Check out this fun Q&A with NYT bestselling author Suzy Spencer. And while you’re at it, sign up for her upcoming WLT workshop, “Everything You Ever Wanted to Know About Writing & Publishing but Were Afraid to Ask” on Saturday, November 12 at St. Edwards University in Austin. NEW: For those who live out of town, the class will be live-streamed. If you’re interested in attending the class virtually, email firstname.lastname@example.org for details.
What are you reading right now?
Holy Ghost Girl by Donna Johnson. I love this book. I yearn for it to make the New York Times best-seller list.
When you’re not reading or writing, what do you like to do with your time?
I’m boring. I like to eat, watch TV, and then go to the gym to try to repent for my “sins.”
What’s your favorite opening line of a book?
I don’t have a “best of times … worst of times” favorite quote. But I do love the opening line of Megan K. Stack’s Every Man in this Village is a Liar. “This memory from childhood is still there: the voices of the adults bounce fretfully, eternally, in rooms that have since been sold or abandoned.”
What life lesson did your last book or project teach you?
Oh, gosh. (And I sink my face into my hands.) That I’m not the person I thought I was.
That book will be published October 2012, and after reading it, you’ll understand why I say that.
What word do you love? What word do you detest?
I love the word hamburger. (I told you I like to eat!) Okay, okay, I know that’s not what you meant. You want something deeper, but I’m just not that deep. How about beach? I love the noun beach, but I don’t like the verb beach. I also love the word friend, in its truest, deepest form. I hate the word guilt/y.
What is a little known fact about yourself?
I dreamed of becoming a professional water skier … or at least a water ski instructor at Club Med.
How do you deal with ups and downs of the publishing business?
I climb in bed with cookies, nonfat milk, and fall asleep watching bad TV. After three days of feeling sorry for myself, I call my friend and novelist Carol Dawson, who talks me out of the depths.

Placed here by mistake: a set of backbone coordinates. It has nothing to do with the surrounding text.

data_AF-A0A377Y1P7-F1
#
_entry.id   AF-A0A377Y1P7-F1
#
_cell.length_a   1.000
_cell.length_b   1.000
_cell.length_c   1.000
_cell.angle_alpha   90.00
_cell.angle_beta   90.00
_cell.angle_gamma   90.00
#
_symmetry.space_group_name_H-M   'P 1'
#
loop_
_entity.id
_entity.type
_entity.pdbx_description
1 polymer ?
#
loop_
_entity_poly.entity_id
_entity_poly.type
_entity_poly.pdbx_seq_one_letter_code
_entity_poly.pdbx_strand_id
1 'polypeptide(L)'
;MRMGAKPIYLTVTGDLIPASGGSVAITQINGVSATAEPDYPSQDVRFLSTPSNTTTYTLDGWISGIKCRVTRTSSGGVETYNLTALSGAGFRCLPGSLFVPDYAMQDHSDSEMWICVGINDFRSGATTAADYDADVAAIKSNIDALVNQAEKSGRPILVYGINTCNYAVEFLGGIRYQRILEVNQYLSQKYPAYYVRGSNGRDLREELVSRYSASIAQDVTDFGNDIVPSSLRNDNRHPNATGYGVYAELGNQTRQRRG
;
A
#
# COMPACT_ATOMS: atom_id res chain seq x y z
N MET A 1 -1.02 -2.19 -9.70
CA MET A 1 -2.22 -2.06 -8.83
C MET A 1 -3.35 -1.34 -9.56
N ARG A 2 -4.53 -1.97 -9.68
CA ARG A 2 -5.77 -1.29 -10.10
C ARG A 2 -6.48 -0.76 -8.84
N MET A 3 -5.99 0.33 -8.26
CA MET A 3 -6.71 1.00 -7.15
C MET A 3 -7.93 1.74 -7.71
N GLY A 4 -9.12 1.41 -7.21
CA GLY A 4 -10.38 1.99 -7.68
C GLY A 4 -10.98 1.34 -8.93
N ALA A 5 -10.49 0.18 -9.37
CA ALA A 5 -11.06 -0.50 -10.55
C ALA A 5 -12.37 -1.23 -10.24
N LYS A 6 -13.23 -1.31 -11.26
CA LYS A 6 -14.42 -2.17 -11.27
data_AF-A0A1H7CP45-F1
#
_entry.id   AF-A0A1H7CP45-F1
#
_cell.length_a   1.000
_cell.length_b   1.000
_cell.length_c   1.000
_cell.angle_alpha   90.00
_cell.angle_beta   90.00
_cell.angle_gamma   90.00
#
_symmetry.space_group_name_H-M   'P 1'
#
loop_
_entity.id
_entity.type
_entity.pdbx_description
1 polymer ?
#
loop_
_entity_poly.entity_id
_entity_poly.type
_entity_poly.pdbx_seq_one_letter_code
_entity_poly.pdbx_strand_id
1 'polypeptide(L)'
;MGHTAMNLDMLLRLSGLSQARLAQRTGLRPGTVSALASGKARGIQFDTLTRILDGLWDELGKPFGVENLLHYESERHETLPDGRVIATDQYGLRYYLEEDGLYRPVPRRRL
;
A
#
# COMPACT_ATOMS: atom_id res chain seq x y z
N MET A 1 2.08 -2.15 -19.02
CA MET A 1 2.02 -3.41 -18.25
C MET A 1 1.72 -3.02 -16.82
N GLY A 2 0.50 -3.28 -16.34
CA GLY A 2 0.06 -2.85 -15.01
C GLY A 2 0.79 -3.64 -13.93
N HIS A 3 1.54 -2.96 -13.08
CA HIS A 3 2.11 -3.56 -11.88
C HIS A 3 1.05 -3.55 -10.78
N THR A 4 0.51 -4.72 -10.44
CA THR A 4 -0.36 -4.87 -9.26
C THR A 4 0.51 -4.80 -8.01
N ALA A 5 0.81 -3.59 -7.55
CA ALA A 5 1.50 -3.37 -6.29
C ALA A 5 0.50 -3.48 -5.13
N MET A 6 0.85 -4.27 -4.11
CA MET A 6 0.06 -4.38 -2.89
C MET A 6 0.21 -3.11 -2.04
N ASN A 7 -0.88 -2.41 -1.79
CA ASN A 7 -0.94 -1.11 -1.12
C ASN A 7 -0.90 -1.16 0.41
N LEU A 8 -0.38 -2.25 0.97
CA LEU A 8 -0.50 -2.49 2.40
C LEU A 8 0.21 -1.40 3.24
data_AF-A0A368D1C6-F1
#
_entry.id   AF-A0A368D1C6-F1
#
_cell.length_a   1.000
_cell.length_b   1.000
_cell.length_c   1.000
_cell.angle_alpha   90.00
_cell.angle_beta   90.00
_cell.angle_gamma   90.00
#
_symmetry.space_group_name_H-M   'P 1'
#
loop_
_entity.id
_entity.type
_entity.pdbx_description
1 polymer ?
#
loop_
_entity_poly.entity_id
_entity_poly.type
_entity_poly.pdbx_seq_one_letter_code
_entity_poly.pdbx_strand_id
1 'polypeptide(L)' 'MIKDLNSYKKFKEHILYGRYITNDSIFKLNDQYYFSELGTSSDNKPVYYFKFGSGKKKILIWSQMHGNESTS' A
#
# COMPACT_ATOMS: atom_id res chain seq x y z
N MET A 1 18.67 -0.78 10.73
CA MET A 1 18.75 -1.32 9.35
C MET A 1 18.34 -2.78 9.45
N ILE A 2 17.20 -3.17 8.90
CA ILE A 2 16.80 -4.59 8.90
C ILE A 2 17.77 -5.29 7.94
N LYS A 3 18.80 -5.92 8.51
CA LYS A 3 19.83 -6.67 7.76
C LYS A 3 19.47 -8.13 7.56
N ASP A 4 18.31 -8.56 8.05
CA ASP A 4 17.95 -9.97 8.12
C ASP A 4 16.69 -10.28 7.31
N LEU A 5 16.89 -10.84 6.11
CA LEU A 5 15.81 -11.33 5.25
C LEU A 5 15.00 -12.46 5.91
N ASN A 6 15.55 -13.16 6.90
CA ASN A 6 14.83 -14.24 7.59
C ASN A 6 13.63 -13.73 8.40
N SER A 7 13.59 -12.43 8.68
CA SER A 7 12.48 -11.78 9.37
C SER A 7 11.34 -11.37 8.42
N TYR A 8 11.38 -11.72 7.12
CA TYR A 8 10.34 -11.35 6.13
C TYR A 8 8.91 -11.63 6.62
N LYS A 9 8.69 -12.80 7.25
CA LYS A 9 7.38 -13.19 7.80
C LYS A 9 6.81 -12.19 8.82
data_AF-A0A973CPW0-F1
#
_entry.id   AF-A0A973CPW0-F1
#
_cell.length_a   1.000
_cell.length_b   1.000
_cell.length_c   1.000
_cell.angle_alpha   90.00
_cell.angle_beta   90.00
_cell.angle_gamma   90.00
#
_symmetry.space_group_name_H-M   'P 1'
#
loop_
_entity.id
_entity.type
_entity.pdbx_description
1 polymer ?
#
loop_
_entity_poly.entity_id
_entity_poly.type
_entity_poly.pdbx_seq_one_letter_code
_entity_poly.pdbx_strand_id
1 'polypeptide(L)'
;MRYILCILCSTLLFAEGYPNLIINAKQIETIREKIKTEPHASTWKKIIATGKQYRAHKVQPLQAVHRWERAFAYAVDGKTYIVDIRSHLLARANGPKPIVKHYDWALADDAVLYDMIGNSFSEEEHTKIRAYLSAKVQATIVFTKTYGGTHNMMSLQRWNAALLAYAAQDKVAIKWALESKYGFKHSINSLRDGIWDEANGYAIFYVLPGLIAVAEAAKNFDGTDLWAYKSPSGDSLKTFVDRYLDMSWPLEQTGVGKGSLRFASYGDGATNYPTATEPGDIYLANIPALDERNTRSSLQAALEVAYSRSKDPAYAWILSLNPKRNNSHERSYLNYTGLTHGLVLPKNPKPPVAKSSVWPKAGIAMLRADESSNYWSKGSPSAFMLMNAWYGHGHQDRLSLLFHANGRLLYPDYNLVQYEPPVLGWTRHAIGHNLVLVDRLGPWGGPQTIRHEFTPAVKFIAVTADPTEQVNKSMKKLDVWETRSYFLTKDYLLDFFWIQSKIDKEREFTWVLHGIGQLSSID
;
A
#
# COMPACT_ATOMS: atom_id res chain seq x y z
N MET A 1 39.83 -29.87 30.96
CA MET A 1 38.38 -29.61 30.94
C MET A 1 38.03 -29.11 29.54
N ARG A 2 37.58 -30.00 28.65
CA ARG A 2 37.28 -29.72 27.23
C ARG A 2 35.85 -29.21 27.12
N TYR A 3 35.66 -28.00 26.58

How do you balance writing with work and family?
I don’t. With the exception of going to my 12-year-old cousin’s flag football games, I go into hibernation when I’m writing. It’s the only way I can live in the world of my “characters.” “Characters” is in quotation marks because I write nonfiction, meaning I write about real people, not characters.
What is your writing routine and where do you write?
I usually begin my writing day with my first meal of the day – sitting in a restaurant reading and editing the previous day’s work. That lets me know where to start when I get home. Then I go into my office and write. Too often I can only stay at one writing spot for an hour before I lose my writing mojo. So, I might work at my desk for an hour, then move to my dining table for an hour, then to another restaurant for an hour, and so on.
Do you outline or just start writing?
I wish I could outline. I know that doing so would make me a better and faster writer. But I can’t seem to do that. I have to just write, then cut, cut, cut, cut, and cut … often 200 pages or more just to find the story within the words. That’s why I say outlining would make me a better and faster writer.
With the last book, I tried to make myself write toward plot points or turning points in the story, which one could say is a loose form of outlining. Still, I had to cut 200-300 pages.
Do you have trusted readers you turn to as you write, and if so, who and what stage?
I let a few people read a few pages when I’m feeling rotten about my work and need encouragement. Other times I let a few people read a 100 or more pages when I know my work is rotten and I need help figuring out what the problem is. The problem with either is finding people who will give you honest feedback in words that aren’t overly positive or emotionally damaging in their negativity and people who are knowledgeable enough about the business of writing to understand what you need.
When did you first know you wanted to be a writer?
When I realized there’s nothing else I can do. It is what I am.
The Fast Five
1. What are three things in your office/writing space that would surprise someone who popped in
I’m not sure there’s anything in my office that would surprise someone. The utter mess and chaos? The five legal boxes and 24 notebooks of sex research? The Baylor University visits Trinity Baptist Church, Alor, Setar, Kedah, Malaysia banner? Can we say guilt/y?
2. What book first influenced you as a child?
I’m not sure I can name one. But I loved The Cat in the Hat – the rhythms, the rhymes, the surprises. And it’s not a book, but the Dennis the Menace comics where he went to Hollywood and Hawaii impacted me profoundly.
3. What time of day do you write?
Whenever I need to, but I don’t hit my stride until very late afternoon.
4. If you could have a beer or coffee with a writer living or dead, who would it be and why?
At this point in time, Jeannette Walls, because I think The Glass Castle is the penultimate memoir and I know she struggled with it. Thanks to novelist Amanda Eyre Ward, I did get a few minutes to chat with Jeannette, but I’d like an hour or two.
Come to think of it, Jeannette’s opening to The Glass Castle is my favorite opening line. “I was sitting in a taxi, wondering if I had overdressed for the evening, when I looked out the window and saw Mom rooting through a Dumpster.” WOW! Characterization and conflict in 27 words! And I’m hooked.
I’m also eagerly awaiting the day that I get to sit down with Donna Johnson and talk to her about Holy Ghost Girl.
5. Beer or coffee?